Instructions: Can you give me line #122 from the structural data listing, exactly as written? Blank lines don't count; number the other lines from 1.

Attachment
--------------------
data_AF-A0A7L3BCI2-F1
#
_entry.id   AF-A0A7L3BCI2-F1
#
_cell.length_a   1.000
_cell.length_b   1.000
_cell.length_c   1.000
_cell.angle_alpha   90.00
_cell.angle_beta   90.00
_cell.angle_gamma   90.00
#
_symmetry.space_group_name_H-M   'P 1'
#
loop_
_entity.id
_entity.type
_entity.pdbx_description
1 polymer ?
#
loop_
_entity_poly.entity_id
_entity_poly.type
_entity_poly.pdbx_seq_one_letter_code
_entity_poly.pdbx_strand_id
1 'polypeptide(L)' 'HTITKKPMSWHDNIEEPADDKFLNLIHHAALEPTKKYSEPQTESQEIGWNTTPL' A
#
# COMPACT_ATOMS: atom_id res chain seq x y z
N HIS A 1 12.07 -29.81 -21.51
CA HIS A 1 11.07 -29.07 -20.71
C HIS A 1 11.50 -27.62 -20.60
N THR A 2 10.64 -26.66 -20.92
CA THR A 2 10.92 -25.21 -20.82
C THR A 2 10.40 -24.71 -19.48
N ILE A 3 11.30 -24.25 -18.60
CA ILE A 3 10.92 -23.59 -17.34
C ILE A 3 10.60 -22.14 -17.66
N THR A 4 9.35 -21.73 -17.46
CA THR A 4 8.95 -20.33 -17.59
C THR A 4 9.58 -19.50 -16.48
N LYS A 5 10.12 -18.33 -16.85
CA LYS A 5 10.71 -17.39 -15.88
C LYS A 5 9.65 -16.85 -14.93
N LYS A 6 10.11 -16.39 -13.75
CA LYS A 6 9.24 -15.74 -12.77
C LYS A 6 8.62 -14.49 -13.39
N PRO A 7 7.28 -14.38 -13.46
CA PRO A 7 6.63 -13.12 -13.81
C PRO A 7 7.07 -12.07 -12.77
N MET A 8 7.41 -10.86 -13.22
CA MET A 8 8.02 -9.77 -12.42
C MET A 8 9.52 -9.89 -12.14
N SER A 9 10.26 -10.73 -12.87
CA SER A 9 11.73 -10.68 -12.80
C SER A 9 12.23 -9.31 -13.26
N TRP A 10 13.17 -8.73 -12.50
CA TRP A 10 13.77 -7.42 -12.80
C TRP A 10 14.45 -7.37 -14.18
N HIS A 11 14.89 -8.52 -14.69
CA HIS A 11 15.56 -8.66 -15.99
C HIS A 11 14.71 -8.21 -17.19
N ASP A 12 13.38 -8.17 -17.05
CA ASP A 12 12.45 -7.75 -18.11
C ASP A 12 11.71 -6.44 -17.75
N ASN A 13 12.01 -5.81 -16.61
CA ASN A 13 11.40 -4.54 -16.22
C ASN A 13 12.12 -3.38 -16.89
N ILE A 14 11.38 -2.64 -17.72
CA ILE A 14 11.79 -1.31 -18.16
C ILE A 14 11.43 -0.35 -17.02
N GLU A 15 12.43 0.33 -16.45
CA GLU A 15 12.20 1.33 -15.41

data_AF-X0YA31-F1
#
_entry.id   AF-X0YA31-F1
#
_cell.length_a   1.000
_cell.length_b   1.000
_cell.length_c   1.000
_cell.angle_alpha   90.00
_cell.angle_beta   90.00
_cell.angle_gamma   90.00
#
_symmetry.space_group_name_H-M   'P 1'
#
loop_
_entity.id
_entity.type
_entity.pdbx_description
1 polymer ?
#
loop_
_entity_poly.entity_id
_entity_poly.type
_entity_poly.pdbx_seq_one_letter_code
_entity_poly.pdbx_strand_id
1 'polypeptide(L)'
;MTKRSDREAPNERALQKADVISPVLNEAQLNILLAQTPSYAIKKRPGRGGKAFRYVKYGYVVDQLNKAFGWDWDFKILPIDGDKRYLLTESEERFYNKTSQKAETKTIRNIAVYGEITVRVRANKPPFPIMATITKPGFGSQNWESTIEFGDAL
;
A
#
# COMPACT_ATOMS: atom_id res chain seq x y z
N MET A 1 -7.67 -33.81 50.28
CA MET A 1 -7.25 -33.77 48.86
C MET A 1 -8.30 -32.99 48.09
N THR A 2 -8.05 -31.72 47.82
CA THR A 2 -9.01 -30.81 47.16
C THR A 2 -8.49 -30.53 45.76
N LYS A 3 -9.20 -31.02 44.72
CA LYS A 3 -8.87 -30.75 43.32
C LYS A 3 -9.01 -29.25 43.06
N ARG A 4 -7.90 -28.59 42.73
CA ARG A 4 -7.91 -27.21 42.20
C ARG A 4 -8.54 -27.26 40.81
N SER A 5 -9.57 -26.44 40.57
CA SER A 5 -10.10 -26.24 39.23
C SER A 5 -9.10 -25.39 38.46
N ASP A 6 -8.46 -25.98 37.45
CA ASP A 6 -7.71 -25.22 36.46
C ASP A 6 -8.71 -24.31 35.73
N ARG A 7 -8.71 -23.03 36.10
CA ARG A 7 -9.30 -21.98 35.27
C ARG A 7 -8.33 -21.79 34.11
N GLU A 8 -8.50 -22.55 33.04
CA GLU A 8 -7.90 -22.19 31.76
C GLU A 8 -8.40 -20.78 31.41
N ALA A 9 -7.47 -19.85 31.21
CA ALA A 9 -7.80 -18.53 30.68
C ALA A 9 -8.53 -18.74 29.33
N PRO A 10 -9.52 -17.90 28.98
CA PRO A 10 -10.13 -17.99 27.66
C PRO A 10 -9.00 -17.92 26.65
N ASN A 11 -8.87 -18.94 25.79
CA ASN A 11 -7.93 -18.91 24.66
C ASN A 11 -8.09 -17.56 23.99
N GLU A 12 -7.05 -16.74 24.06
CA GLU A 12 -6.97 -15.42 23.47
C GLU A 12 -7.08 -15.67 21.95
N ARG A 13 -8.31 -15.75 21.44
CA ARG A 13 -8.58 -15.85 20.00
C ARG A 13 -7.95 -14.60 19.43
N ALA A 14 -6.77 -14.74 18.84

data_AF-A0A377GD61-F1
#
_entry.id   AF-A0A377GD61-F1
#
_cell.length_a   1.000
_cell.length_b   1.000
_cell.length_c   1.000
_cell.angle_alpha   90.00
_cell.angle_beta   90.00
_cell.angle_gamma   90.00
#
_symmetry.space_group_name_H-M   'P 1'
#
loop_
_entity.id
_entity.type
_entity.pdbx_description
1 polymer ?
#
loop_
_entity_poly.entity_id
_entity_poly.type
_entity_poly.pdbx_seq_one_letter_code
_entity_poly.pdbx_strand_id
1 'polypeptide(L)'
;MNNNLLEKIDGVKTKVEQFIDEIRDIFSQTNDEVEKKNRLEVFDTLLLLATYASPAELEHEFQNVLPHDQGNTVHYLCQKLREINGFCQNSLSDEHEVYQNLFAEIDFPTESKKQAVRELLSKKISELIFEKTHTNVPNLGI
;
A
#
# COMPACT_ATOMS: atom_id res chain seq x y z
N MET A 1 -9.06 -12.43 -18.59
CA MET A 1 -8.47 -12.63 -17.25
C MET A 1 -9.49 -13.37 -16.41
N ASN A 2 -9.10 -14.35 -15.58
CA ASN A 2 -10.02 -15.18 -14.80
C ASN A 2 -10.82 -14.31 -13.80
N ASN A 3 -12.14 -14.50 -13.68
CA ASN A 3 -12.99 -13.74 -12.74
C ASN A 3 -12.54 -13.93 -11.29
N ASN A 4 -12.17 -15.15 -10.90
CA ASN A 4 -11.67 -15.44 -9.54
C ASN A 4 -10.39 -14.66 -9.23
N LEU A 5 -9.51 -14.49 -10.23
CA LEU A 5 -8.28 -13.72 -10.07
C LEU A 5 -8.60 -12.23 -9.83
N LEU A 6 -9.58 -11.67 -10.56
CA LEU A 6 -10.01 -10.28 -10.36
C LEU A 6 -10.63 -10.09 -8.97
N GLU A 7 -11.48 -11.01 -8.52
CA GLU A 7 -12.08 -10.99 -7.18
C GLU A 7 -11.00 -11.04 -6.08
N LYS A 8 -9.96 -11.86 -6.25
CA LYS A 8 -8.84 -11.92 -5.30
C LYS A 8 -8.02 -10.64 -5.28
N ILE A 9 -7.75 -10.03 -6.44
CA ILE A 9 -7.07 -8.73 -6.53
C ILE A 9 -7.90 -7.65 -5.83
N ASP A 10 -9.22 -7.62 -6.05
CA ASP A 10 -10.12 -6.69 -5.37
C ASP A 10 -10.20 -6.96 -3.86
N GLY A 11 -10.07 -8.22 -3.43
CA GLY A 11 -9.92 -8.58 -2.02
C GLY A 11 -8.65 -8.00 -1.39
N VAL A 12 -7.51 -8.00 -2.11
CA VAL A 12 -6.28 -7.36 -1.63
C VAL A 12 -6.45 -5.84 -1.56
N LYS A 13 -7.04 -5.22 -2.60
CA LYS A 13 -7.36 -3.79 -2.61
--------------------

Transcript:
C ARG A 7 -8.33 -21.79 34.11